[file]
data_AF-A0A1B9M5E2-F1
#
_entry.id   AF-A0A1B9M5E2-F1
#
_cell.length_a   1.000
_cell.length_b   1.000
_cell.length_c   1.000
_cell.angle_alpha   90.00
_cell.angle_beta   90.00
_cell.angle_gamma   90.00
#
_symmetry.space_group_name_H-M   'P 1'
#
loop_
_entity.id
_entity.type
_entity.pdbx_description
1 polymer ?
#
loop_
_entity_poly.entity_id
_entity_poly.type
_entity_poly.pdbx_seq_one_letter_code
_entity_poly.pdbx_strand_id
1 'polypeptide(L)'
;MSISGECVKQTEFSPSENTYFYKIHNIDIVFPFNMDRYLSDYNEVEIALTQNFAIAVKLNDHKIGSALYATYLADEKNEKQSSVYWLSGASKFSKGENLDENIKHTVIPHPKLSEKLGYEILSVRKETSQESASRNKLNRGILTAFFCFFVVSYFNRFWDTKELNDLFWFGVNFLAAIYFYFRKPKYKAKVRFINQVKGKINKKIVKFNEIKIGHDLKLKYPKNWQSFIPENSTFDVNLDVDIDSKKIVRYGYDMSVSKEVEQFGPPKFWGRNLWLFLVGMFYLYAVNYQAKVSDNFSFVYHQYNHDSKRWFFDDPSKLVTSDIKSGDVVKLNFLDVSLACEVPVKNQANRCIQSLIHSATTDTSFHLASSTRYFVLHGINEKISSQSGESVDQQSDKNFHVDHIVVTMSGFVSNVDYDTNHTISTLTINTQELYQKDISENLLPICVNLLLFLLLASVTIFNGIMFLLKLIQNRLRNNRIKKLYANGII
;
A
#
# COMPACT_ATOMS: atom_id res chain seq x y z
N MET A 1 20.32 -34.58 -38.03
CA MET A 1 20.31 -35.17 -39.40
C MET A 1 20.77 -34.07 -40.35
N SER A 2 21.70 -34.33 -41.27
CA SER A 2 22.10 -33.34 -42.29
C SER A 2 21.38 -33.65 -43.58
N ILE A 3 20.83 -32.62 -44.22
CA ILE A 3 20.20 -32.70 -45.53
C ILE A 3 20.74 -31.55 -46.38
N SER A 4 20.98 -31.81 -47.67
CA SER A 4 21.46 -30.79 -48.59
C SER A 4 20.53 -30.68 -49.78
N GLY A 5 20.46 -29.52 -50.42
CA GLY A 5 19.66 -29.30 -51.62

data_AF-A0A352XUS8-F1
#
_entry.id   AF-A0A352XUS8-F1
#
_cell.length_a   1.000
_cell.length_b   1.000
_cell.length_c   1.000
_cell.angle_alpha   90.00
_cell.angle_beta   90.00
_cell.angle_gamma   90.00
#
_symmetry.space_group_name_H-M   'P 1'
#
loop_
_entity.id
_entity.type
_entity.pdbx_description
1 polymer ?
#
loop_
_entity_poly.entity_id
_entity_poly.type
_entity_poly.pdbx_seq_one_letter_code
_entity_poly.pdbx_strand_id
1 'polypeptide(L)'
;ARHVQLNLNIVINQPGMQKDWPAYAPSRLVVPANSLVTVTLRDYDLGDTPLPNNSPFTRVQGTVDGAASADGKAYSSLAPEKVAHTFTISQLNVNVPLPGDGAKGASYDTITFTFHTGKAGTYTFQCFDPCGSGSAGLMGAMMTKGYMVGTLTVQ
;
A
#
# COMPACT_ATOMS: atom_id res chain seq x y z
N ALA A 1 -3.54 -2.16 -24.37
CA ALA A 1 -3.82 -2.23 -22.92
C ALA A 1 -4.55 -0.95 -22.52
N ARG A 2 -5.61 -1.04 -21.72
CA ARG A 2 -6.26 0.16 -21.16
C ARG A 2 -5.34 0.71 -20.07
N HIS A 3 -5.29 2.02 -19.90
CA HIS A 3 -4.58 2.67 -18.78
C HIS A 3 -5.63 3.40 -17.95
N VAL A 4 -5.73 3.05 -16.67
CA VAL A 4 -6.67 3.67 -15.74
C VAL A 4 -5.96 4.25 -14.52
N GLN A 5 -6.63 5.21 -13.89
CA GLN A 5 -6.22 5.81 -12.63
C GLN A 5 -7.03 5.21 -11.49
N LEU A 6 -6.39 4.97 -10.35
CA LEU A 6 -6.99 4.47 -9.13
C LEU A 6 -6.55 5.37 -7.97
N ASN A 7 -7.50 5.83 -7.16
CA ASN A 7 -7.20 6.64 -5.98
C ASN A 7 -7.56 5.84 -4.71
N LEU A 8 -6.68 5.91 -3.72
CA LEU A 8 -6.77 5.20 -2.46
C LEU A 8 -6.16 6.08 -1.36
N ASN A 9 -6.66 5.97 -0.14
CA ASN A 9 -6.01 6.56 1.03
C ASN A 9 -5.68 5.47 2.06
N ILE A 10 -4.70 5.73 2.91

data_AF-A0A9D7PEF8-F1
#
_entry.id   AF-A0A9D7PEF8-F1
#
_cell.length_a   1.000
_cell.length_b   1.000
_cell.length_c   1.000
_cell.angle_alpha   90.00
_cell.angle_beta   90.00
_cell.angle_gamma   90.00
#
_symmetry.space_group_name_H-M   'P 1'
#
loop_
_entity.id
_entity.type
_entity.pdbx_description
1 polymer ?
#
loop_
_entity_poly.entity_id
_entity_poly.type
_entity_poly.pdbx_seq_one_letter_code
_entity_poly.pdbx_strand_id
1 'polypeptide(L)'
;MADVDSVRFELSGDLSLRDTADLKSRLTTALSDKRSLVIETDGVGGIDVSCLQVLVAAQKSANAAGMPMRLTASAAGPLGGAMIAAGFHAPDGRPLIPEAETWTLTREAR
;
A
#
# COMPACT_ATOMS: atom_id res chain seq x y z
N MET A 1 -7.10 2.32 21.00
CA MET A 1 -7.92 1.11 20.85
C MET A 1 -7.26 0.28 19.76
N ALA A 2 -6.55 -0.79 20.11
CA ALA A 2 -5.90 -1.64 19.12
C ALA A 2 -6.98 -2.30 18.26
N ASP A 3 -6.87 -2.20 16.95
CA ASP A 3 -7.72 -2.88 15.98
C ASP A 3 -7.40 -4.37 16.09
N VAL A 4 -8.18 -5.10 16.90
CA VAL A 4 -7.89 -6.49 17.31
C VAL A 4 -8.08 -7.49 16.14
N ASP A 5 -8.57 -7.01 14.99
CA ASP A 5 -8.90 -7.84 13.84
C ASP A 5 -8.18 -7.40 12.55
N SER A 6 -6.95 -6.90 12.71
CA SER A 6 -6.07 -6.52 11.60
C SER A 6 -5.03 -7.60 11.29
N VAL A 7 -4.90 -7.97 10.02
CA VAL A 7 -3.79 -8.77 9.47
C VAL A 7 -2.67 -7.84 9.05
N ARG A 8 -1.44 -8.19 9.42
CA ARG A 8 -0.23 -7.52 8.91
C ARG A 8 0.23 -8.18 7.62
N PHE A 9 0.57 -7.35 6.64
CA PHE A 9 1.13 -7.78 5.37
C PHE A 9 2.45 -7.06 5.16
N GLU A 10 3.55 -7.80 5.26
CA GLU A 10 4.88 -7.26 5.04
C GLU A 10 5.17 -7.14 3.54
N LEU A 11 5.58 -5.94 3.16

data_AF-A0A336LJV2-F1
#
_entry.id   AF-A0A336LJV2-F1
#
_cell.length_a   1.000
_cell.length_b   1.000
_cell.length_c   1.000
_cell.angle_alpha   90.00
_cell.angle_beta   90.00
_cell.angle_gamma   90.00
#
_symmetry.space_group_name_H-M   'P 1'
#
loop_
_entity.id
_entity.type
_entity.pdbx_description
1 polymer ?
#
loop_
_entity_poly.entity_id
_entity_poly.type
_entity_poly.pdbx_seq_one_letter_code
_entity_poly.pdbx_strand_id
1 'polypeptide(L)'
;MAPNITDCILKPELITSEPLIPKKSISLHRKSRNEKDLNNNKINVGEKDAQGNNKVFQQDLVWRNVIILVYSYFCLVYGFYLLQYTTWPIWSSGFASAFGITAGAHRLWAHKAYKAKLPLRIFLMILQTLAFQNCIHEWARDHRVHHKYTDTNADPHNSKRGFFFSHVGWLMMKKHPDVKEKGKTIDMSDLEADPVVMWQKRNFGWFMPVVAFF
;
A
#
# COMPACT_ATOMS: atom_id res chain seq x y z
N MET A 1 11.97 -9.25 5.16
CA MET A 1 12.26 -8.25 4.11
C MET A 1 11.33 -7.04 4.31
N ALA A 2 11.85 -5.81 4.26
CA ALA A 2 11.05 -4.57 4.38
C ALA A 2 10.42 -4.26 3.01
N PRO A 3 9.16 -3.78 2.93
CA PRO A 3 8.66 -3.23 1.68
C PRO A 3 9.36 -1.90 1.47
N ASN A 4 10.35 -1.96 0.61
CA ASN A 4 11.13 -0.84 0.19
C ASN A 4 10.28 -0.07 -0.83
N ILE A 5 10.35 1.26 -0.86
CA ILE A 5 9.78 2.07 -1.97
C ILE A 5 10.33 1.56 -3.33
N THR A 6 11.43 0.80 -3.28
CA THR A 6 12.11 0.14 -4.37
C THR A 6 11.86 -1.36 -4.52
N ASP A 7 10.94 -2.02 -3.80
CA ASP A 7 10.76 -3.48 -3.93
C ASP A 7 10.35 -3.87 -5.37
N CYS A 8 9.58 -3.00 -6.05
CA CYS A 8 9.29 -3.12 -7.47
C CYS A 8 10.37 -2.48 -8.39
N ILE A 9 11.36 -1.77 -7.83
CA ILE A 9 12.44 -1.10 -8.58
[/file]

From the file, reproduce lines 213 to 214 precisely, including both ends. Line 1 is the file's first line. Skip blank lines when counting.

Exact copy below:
CA ASP A 7 10.76 -3.48 -3.93
C ASP A 7 10.35 -3.87 -5.37